A defining feature of HIV-associated neurocognitive disorder (HAND) is the loss of excitatory synaptic connections. Synaptic changes that occur during exposure to HIV appear to result, in part, from a homeostatic scaling response. Here we discuss the mechanisms of these changes from the perspective that they might be part of a coping mechanism that reduces synapses to prevent excitotoxicity. In transgenic animals expressing the HIV proteins Tat or gp120, the loss of synaptic markers precedes changes in neuronal number. In vitro studies have shown that HIV-induced synapse loss and cell death are mediated by distinct mechanisms. Both in vitro and animal studies suggest that HIV-induced synaptic scaling engages new mechanisms that suppress network connectivity and that these processes might be amenable to therapeutic intervention. Indeed, pharmacological reversal of synapse loss induced by HIV Tat restores cognitive function. In summary, studies indicate that there are temporal, mechanistic and pharmacological features of HIV-induced synapse loss that are consistent with homeostatic plasticity. The increasingly well delineated signaling mechanisms that regulate synaptic scaling may reveal pharmacological targets suitable for normalizing synaptic function in chronic neuroinflammatory states such as HAND.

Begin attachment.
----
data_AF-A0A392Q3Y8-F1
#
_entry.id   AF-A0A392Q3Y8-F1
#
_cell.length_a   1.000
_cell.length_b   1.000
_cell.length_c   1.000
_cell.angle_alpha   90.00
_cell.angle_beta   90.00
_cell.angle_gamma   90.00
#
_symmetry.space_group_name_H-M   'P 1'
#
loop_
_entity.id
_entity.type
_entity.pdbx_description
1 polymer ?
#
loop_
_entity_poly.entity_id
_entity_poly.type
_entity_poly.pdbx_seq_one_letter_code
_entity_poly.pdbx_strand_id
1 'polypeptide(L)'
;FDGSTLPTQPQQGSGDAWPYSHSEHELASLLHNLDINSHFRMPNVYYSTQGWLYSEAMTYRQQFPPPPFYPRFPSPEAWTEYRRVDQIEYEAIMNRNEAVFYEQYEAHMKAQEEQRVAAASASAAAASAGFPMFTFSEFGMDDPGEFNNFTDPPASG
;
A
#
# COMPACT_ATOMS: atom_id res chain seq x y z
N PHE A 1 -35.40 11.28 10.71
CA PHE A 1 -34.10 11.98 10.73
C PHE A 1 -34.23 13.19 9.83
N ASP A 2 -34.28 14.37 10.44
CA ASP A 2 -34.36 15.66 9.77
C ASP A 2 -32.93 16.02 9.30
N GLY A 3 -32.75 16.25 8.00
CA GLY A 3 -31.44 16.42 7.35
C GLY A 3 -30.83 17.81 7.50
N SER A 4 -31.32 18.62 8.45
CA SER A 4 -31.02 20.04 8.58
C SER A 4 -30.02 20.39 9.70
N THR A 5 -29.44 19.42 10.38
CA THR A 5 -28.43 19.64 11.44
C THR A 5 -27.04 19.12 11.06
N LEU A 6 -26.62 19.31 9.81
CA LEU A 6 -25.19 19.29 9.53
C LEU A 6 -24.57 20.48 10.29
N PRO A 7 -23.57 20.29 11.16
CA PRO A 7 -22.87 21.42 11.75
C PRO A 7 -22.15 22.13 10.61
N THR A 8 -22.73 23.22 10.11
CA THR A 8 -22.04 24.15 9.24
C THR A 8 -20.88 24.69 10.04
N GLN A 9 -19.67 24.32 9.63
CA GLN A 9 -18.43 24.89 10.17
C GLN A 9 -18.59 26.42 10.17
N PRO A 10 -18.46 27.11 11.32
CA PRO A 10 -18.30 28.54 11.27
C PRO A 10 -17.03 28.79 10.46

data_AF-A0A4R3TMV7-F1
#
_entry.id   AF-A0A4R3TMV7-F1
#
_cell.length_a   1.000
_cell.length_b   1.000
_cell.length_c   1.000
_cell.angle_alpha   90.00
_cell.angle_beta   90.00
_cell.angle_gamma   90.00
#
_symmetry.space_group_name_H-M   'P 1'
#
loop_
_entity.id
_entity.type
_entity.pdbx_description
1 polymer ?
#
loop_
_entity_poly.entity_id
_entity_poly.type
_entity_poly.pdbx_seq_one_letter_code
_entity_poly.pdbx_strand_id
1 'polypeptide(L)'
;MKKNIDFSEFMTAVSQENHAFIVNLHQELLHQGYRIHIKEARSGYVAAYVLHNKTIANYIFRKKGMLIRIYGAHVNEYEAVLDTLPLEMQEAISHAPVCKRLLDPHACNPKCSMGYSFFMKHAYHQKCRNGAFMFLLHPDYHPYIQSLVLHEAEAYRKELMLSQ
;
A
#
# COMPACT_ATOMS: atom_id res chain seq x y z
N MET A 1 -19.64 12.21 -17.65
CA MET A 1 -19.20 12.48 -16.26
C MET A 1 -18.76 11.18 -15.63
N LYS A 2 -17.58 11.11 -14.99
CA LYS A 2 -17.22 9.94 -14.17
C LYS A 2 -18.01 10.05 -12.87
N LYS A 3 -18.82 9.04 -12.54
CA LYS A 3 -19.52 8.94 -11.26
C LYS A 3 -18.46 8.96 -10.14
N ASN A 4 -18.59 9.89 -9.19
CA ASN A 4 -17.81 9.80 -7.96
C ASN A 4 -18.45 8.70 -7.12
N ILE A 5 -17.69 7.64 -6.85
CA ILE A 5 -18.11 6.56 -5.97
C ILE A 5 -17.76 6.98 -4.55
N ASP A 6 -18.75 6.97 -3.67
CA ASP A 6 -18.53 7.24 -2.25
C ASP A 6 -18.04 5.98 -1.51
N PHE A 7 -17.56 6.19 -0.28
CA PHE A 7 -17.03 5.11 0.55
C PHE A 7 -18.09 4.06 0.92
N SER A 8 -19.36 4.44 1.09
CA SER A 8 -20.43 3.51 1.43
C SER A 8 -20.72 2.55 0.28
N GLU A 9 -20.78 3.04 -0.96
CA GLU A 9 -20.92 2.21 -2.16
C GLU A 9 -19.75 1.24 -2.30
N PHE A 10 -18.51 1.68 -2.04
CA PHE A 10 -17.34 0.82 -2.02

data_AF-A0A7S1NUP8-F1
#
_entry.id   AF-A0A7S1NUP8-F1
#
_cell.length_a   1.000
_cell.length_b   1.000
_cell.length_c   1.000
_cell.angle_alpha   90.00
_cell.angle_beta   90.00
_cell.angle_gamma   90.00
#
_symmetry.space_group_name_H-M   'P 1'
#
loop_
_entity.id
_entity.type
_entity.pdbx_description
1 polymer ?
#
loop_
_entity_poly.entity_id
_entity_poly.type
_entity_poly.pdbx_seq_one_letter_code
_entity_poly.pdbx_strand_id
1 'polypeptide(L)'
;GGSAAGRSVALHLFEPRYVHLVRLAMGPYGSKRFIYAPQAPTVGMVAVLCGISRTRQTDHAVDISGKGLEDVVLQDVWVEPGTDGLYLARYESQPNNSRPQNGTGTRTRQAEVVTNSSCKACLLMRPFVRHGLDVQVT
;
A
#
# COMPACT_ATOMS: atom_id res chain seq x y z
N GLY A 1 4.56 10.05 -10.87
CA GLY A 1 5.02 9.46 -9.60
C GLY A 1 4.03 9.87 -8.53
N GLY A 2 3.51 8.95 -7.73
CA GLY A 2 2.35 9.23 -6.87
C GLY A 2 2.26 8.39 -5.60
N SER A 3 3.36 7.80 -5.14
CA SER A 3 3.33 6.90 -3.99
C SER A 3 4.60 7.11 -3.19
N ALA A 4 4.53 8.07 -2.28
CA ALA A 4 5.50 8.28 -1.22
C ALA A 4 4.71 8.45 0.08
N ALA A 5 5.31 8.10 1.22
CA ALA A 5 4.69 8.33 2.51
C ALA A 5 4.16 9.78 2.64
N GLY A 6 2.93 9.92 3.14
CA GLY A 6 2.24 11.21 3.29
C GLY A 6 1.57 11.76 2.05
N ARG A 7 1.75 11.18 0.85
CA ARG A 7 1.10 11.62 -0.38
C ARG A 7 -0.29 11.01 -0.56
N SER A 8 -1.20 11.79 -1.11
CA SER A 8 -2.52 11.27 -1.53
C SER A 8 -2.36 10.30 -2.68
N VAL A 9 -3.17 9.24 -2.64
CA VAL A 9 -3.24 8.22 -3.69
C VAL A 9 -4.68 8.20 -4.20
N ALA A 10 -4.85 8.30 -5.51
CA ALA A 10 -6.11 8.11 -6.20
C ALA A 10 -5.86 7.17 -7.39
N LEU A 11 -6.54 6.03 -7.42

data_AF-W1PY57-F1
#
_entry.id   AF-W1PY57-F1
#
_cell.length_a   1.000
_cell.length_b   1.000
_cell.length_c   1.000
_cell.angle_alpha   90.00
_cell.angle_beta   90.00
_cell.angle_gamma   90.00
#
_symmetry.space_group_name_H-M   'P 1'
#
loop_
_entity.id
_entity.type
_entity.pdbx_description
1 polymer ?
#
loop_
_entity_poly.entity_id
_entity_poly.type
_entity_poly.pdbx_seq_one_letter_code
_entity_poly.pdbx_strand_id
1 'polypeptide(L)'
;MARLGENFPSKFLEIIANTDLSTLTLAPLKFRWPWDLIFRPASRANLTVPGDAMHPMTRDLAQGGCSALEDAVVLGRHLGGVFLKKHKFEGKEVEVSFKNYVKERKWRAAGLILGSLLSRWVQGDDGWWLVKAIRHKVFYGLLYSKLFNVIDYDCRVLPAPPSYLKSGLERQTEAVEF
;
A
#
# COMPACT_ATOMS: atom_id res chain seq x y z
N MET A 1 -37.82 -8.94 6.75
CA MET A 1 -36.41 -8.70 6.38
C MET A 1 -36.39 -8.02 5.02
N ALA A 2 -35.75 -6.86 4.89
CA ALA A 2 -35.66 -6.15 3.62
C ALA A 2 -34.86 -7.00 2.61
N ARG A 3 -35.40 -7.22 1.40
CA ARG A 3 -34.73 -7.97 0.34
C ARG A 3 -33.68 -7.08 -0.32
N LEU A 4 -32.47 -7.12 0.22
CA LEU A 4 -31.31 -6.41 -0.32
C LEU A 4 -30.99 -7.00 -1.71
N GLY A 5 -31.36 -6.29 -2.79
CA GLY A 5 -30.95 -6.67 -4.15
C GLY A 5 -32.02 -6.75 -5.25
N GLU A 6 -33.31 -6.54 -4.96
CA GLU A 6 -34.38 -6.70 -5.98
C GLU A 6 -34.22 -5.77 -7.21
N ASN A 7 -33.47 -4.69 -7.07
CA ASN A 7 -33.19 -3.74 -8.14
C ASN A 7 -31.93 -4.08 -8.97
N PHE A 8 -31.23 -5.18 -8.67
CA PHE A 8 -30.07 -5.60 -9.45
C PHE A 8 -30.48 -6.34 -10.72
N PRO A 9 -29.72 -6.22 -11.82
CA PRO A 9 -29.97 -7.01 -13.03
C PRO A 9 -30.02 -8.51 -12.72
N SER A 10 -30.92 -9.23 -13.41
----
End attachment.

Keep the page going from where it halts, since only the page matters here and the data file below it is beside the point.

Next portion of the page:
Bibliographical noteFunding Information:
This work was supported by the National Institute on Drug Abuse?National Institutes of Health Grant DA07304.
Acknowledgements This work was supported by the National Institute on Drug Abuse—National Institutes of Health Grant DA07304.
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- HIV-associated neurocognitive disorder
- Homeostatic plasticity
- NMDA receptor
- Synaptic scaling